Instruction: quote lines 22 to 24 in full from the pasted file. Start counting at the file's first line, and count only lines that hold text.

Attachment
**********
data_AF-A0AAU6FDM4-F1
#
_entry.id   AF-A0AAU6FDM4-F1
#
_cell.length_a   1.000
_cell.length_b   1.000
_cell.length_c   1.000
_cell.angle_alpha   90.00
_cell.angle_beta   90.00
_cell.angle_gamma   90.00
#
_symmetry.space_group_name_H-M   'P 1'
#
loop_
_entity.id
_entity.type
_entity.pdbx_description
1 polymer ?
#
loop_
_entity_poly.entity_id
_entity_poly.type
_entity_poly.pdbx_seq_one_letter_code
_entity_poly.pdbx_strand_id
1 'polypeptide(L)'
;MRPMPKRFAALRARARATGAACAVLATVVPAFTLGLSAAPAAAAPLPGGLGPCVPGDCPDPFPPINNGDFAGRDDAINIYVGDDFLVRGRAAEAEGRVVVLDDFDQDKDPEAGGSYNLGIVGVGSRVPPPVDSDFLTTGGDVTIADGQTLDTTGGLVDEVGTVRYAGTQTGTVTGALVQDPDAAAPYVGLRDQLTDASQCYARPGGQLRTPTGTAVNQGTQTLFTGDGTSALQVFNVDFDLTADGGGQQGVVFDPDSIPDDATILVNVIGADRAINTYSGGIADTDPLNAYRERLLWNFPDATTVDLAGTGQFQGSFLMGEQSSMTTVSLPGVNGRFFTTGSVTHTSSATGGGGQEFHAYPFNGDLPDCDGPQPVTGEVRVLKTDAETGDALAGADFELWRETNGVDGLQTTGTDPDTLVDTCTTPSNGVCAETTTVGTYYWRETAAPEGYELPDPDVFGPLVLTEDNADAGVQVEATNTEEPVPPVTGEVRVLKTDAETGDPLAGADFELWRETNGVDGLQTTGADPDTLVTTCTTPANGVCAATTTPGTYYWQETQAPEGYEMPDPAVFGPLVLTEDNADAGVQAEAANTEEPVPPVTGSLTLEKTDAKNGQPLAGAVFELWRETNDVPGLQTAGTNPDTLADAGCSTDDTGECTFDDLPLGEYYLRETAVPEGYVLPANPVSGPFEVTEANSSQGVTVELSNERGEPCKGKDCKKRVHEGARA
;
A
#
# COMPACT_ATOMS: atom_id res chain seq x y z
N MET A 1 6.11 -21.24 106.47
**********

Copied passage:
_entity_poly.type
_entity_poly.pdbx_seq_one_letter_code
_entity_poly.pdbx_strand_id